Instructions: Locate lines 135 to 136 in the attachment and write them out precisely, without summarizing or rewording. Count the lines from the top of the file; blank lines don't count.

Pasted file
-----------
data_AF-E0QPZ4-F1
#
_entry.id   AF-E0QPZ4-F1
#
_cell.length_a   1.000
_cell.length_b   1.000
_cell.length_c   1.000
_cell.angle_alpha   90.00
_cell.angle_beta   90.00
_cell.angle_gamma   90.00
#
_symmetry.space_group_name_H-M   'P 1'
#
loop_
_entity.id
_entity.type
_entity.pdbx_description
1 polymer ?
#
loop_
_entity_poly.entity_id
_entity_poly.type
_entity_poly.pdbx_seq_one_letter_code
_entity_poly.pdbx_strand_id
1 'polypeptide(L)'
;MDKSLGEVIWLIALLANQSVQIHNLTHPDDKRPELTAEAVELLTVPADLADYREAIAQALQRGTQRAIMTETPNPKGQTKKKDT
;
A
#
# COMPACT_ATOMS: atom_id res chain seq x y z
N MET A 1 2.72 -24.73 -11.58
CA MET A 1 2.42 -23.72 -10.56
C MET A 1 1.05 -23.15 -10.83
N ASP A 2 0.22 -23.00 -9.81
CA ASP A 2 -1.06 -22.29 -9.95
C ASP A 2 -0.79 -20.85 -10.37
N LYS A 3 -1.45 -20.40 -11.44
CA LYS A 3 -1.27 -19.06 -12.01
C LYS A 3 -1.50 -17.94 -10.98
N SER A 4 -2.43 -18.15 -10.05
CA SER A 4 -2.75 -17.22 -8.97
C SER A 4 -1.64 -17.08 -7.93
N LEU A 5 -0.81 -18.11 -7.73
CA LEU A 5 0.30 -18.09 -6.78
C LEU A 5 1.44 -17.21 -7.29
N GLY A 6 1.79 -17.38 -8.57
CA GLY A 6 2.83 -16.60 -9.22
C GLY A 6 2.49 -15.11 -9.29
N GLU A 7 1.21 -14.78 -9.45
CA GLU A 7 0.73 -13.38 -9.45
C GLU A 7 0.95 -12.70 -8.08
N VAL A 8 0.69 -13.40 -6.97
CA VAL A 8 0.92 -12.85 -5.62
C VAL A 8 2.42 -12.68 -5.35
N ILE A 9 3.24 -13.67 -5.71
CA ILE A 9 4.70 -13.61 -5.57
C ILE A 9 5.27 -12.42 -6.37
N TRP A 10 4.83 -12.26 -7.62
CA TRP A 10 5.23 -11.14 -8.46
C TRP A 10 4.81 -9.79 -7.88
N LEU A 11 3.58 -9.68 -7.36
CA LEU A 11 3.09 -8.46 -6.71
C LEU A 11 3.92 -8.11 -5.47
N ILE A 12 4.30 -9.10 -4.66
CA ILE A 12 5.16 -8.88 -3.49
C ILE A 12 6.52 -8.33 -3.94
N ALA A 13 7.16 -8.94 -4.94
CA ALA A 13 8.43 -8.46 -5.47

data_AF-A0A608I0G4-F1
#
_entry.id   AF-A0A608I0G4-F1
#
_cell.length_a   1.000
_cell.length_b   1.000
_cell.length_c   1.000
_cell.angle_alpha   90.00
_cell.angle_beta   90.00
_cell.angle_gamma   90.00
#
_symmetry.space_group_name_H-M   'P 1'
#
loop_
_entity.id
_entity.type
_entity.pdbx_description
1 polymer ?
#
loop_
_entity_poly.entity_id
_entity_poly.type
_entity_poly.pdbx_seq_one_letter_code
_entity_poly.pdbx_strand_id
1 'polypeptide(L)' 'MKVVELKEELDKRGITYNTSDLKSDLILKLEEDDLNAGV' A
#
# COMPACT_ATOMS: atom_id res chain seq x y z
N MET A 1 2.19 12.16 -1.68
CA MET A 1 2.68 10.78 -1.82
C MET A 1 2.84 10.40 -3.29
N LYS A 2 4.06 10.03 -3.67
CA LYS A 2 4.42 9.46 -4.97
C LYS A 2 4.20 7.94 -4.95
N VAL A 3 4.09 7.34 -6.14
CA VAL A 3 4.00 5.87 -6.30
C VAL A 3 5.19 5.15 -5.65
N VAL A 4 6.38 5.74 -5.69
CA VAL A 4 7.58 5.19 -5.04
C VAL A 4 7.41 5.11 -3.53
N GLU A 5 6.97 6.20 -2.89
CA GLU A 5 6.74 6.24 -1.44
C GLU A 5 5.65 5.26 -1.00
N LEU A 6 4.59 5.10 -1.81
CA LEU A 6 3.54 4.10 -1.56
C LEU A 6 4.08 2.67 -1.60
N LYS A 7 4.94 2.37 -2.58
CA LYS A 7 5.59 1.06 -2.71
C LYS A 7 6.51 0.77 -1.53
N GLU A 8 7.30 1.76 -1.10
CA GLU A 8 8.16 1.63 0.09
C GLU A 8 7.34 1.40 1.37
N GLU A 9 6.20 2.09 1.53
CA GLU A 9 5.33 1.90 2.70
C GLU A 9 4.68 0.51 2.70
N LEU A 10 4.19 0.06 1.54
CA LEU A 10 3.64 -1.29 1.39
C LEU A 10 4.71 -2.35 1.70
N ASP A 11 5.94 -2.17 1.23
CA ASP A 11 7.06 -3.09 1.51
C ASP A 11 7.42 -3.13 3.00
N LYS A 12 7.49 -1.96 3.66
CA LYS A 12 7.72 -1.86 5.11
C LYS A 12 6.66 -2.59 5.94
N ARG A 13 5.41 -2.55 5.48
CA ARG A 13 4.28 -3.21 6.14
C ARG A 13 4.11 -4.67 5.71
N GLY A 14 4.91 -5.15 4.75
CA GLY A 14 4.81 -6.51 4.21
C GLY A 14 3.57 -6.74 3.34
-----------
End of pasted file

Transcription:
N GLY A 14 4.91 -5.15 4.75
CA GLY A 14 4.81 -6.51 4.21